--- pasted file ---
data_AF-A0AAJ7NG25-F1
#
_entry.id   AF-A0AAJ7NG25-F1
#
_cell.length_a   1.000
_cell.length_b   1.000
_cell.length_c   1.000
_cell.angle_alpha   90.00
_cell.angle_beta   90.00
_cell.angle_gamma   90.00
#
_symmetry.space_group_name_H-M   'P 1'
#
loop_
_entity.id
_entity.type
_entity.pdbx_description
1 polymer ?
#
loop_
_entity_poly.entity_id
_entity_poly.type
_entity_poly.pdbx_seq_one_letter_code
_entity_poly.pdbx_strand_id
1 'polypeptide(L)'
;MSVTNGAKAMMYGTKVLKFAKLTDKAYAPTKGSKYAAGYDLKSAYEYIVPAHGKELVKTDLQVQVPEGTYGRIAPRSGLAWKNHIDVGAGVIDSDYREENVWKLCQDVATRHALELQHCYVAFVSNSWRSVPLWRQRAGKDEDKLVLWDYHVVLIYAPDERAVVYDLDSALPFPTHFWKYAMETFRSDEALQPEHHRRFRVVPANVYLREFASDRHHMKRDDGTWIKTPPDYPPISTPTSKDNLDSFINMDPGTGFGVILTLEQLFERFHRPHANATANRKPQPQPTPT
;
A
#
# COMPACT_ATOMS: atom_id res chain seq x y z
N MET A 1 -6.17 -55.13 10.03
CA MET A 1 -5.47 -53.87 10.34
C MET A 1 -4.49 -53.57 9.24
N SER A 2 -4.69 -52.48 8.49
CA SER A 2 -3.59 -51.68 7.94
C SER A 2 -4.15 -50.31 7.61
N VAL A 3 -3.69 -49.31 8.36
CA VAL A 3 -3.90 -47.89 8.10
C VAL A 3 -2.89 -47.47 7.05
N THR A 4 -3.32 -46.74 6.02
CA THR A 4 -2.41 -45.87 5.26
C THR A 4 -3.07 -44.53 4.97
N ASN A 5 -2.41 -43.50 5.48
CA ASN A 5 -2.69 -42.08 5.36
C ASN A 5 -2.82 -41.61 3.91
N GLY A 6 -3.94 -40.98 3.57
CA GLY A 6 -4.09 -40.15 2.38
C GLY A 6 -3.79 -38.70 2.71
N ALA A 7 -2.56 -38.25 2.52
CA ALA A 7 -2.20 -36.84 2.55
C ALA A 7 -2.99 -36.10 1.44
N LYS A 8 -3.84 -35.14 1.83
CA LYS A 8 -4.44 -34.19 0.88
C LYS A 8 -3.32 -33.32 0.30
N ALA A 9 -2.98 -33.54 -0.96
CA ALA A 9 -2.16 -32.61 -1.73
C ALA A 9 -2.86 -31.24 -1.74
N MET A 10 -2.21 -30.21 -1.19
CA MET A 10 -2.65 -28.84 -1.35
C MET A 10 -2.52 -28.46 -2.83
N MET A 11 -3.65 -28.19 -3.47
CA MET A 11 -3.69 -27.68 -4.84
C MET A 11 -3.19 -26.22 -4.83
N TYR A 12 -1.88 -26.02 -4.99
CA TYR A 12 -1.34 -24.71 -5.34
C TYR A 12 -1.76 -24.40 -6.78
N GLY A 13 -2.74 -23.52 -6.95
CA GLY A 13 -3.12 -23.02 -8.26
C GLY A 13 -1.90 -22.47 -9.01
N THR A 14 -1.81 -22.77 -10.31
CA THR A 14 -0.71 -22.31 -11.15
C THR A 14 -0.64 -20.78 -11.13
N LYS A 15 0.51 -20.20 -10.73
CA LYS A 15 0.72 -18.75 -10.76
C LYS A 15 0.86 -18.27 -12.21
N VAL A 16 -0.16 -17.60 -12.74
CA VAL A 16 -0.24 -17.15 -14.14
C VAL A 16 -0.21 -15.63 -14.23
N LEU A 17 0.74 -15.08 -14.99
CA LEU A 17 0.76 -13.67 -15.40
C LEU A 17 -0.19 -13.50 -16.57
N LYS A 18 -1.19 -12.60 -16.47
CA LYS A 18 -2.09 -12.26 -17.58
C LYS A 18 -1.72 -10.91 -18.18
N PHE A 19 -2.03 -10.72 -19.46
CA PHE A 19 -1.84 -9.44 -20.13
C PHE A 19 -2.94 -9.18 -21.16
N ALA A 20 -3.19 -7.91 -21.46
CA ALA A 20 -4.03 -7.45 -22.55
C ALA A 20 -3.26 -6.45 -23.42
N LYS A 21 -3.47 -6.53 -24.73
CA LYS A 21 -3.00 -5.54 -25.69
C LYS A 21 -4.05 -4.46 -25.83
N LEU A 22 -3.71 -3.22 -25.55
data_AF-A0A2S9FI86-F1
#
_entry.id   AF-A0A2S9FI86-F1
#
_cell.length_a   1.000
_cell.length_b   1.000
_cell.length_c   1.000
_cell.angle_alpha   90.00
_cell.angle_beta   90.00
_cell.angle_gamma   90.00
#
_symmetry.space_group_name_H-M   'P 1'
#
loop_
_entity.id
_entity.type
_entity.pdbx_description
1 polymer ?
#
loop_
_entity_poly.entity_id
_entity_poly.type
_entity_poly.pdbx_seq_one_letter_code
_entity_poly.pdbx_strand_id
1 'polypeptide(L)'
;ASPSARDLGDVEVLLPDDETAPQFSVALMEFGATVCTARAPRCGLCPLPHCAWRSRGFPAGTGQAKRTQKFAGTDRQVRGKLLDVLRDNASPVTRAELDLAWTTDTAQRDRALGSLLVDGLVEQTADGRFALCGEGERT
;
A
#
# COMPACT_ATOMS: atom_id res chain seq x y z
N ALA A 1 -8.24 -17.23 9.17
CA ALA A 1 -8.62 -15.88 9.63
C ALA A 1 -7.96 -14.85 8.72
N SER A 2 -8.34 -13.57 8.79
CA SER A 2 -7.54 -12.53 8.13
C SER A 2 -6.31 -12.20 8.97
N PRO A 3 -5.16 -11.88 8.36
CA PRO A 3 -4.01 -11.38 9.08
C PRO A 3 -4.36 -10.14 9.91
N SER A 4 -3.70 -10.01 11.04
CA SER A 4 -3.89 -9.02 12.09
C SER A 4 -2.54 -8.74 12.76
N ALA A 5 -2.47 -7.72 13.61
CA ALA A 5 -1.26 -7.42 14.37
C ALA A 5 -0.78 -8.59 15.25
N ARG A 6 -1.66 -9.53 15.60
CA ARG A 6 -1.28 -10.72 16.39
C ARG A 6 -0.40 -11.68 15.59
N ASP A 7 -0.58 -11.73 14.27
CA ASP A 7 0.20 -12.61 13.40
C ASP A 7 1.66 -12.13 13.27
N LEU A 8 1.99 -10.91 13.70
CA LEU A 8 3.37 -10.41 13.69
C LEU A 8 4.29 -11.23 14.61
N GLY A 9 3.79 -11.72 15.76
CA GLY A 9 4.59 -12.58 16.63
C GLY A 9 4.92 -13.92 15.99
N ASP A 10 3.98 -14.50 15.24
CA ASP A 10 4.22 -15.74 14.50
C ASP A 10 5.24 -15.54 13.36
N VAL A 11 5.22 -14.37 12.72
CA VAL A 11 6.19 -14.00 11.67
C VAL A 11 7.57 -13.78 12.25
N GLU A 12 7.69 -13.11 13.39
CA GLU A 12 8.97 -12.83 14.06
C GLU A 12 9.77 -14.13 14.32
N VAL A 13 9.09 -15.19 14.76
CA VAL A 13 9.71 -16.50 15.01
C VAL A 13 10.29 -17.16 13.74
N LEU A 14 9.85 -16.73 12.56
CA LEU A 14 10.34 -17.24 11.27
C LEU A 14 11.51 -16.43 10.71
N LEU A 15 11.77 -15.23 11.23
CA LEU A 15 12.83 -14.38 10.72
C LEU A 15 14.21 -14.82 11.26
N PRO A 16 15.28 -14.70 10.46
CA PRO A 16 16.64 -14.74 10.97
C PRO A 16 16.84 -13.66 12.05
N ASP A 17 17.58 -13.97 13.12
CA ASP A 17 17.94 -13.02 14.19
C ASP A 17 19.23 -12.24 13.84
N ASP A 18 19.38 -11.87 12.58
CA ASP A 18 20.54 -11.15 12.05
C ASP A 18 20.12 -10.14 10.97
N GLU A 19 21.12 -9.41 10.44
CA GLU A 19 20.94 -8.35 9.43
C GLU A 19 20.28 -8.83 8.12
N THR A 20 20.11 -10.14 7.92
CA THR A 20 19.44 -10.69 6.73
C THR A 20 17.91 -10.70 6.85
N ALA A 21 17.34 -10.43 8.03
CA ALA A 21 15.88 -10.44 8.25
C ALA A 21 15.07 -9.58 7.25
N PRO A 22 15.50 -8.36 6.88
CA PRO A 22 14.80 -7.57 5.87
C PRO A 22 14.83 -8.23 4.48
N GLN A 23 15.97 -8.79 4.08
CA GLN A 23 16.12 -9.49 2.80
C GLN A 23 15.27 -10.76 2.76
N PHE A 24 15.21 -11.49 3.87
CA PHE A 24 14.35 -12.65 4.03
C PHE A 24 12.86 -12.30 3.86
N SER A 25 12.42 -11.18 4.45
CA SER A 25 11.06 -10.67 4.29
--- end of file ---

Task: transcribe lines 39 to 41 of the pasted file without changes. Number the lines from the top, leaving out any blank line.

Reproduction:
C VAL A 3 -2.89 -47.47 7.05
N THR A 4 -3.32 -46.74 6.02
CA THR A 4 -2.41 -45.87 5.26